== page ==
Are the IESNA cutoff classifications a good indicator of direct uplight?

Except for the full cutoff designation, the Illuminating Engineering Society of North America (IESNA) cutoff classifications are not a good indicator of direct uplight, because glare control was the original reason they were developed. A luminaire that has the IESNA full cutoff classification does not have any light going directly upward from the luminaire and will not, if mounted correctly, emit light directly into the sky. The direct uplight from a cutoff luminaire can vary from 0% to 16% of the light output of the lamp(s) in the luminaire, and the uplight from a semicutoff luminaire can vary from 0% to 31% of the lamp light output.

However, careful consideration of these classification definitions can be very important when evaluating outdoor luminaires for their potential to cause light trespass or glare. Please read the following sentence carefully:

The definitions are given in terms of luminous intensity (in candelas), but the values are made in reference to luminous flux of the light source (in lumens).

Casually skimming these definitions could lead to the assumption that for a cutoff luminaire, no more than 10% of the lamp luminous flux is emitted between 80° and 90° from nadir, or that no more than 2.5% of the lamp luminous flux is emitted above 90° from nadir. In fact, neither of these assumptions is correct. The following is a technical discussion of these discrepancies.

Bullough states the following:

Consider the hypothetical luminous intensity distribution [shown in Figure 12] for a luminaire equipped with a 1000-lumen lamp. The luminous intensity at any angle between and including 80° and 90° from nadir is 100 candelas, which is 10% of the numerical value of the lamp lumens. The luminous intensity 90° from nadir and at any angle above is 25 candelas, which is 2.5% of the numerical value of the lamp lumens. [The distribution of the remaining 73% of lamp lumens at angles below 80° from nadir does not affect the cutoff classification of the luminaire and, thus, is not shown in Figure 12.] This hypothetical luminaire can be classified as a cutoff luminaire. Interestingly, a luminaire with this distribution would emit 11% of the lamp lumens between 80° and 90° from nadir, and nearly 16% of the lamp lumens above 90° from nadir. (Bullough 2002, reprinted with permission from IESNA)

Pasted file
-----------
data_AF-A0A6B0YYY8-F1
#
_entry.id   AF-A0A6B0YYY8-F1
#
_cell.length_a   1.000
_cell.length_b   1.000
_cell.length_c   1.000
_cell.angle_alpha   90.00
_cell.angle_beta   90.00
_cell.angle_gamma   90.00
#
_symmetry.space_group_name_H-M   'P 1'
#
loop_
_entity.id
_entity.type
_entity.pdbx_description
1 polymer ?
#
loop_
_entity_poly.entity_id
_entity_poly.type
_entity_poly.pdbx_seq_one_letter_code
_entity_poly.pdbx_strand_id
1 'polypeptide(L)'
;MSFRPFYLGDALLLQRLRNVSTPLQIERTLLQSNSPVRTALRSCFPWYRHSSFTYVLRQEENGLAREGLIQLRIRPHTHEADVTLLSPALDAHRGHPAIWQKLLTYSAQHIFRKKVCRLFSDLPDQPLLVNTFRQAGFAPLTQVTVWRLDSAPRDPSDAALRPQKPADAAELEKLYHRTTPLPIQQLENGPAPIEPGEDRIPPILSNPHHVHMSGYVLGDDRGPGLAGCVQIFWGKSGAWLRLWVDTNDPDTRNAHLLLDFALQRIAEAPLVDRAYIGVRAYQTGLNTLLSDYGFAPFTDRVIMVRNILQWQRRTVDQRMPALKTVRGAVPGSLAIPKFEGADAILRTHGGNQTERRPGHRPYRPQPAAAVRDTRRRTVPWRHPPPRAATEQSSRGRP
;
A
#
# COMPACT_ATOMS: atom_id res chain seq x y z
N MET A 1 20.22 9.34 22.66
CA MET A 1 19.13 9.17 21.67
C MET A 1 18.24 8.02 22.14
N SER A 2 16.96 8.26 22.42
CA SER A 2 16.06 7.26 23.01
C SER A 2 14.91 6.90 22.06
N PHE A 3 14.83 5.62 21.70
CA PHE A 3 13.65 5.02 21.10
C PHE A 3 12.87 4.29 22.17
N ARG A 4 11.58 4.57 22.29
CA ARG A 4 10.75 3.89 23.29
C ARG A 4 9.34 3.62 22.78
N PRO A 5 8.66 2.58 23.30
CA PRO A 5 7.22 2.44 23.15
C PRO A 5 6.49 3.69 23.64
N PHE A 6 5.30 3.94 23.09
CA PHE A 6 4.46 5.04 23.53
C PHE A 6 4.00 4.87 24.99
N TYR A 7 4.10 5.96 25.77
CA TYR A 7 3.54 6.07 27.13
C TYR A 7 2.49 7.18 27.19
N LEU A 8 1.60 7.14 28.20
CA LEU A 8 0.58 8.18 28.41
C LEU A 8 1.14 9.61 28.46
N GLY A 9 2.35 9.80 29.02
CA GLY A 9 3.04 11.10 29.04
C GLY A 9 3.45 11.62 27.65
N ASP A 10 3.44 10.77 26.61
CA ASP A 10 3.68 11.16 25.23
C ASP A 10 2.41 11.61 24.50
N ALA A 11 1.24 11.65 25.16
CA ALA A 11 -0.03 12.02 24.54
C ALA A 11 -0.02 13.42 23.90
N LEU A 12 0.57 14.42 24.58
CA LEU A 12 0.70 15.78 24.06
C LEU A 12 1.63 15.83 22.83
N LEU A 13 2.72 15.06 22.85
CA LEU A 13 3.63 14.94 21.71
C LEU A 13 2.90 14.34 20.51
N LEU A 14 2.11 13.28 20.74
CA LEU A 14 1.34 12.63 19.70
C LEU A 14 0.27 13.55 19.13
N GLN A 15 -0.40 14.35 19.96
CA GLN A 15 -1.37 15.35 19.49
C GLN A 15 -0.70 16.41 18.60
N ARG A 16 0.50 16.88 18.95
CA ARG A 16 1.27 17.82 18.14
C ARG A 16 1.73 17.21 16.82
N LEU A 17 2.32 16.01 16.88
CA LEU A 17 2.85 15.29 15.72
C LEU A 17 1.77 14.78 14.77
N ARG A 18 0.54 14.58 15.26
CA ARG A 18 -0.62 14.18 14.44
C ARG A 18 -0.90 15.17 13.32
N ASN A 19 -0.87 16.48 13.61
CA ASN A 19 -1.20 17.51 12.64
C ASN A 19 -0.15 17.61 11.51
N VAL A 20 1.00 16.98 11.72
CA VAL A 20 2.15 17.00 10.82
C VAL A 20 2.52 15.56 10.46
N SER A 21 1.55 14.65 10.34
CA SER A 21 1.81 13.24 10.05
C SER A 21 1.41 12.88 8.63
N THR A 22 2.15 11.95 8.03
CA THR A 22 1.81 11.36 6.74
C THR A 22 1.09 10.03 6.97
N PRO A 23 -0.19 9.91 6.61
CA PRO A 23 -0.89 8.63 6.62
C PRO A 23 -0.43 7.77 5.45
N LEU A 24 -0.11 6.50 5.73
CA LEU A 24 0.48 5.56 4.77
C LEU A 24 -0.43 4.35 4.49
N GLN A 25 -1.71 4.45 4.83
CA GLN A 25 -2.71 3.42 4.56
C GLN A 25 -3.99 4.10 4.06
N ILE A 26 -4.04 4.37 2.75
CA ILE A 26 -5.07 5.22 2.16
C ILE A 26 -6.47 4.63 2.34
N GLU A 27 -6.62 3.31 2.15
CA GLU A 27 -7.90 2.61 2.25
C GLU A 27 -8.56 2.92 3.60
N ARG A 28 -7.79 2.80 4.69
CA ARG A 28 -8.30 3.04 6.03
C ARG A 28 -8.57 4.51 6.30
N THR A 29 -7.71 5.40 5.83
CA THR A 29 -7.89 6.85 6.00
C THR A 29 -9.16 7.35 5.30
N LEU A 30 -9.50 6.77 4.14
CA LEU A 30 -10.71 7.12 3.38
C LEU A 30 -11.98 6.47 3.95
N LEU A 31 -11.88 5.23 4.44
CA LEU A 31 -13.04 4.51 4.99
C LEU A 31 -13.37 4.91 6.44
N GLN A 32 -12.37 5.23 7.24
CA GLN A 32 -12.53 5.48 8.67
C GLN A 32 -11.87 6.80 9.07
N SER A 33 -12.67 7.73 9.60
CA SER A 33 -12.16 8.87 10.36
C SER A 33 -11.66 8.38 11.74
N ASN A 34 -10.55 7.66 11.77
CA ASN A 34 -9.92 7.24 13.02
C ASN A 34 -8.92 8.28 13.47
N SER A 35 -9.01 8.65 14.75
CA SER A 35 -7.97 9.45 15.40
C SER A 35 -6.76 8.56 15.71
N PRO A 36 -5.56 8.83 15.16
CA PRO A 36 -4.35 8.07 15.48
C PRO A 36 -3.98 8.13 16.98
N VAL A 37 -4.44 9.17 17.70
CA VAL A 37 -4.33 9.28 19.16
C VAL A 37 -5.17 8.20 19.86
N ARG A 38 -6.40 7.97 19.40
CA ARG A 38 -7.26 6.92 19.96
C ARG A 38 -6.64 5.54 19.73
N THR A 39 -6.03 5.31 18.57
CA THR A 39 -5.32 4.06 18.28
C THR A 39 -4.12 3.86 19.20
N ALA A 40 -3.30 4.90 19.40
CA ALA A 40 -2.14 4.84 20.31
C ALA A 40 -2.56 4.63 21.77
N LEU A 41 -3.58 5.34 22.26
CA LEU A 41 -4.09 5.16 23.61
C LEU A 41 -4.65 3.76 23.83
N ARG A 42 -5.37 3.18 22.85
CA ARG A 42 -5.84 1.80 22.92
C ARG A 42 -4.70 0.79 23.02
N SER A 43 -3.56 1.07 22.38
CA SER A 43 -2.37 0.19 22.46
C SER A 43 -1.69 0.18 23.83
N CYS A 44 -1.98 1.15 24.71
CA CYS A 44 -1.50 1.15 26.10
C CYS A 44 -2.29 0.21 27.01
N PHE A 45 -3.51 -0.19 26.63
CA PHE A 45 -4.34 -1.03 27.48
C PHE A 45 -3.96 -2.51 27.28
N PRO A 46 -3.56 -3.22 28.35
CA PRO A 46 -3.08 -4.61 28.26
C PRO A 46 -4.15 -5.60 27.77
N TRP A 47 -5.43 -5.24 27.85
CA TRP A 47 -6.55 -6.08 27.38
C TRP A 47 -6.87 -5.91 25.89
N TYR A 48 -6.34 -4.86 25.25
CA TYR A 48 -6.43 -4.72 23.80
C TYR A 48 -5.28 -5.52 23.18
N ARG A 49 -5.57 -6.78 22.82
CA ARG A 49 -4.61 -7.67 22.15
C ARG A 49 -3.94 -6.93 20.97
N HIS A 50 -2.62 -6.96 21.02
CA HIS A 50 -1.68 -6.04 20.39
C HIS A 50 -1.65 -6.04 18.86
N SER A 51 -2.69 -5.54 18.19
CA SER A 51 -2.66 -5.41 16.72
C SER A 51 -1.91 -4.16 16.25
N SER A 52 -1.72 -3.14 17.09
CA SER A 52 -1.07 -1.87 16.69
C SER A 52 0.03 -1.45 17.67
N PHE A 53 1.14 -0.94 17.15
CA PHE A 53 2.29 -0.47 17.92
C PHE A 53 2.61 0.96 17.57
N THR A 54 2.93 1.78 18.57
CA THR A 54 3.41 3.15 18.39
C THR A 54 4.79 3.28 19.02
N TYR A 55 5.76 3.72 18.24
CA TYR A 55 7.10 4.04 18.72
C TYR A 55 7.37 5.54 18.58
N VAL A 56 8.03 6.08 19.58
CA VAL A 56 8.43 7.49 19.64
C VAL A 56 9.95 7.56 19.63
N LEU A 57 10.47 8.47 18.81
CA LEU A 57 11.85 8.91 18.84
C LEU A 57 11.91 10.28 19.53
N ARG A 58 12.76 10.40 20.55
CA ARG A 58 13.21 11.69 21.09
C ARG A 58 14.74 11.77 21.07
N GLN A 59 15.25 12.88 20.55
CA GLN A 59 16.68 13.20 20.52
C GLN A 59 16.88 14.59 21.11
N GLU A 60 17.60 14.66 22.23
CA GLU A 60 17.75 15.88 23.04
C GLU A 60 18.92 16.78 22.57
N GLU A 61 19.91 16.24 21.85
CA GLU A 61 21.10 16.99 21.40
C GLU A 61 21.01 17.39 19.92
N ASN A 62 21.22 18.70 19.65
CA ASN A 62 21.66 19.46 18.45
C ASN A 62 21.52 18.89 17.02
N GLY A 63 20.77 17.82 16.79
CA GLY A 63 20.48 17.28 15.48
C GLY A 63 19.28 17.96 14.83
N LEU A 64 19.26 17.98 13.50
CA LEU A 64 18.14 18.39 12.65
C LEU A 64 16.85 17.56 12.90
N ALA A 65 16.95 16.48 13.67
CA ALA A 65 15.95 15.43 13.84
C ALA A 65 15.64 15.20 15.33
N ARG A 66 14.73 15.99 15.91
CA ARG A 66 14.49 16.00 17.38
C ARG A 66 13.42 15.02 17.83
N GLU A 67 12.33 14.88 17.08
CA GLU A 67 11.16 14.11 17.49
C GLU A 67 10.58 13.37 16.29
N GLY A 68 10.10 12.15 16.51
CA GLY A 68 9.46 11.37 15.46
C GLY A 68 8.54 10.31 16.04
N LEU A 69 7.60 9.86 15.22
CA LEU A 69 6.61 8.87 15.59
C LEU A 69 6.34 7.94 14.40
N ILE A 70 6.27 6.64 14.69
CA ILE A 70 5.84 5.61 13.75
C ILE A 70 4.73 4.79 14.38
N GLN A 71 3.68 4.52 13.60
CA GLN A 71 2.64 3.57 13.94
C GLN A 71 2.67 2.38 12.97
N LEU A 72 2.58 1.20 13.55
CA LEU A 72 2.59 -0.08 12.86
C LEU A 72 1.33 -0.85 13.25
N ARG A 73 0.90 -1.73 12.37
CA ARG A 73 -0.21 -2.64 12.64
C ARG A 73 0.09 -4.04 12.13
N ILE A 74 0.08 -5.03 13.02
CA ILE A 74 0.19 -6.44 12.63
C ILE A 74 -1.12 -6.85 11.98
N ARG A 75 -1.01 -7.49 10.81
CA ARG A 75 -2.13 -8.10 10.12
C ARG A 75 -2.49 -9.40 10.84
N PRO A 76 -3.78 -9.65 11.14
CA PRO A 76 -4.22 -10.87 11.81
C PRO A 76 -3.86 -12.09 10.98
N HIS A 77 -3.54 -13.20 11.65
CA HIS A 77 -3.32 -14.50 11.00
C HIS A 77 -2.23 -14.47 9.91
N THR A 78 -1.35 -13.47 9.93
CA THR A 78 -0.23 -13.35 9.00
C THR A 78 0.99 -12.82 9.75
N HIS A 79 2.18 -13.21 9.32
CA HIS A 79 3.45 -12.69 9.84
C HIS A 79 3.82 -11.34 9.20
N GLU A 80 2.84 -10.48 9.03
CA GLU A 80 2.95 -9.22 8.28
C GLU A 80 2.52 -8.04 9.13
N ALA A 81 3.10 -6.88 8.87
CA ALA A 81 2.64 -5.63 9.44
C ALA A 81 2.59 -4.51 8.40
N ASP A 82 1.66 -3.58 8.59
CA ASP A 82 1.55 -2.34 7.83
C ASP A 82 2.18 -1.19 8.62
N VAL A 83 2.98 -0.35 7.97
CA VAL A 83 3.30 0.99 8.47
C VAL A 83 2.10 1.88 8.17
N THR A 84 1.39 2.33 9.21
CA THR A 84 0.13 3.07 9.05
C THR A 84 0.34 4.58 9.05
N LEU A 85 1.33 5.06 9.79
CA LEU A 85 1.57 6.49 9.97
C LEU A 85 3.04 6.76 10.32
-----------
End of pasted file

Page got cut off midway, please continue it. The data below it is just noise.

Figure 12. Hypothetical luminous intensity distribution at 80°–180° for a cutoff luminaire containing a 1000-lumen lamp (units are in candelas)
Source: Bullough 2002, © IESNA, used with permission

The quantity of lumens emitted above 90° from nadir is calculated by multiplying the maximum allowable intensity value, 25 candelas, by the solid angle over which they are emitted, 2π steradians, totaling 157 lumens or 16% of the 1000 lumens emitted by the lamp. For the percentage of lamp lumens in the glare zone, the solid angle from 80° to 90° is approximately 1 steradian. Multiplying the solid angle, 1 steradian, by the maximum allowable intensity value, 100 candelas, the total allowable lumens in the glare zone is 109 lumens or 11% of the 1000 lumens emitted by the lamp.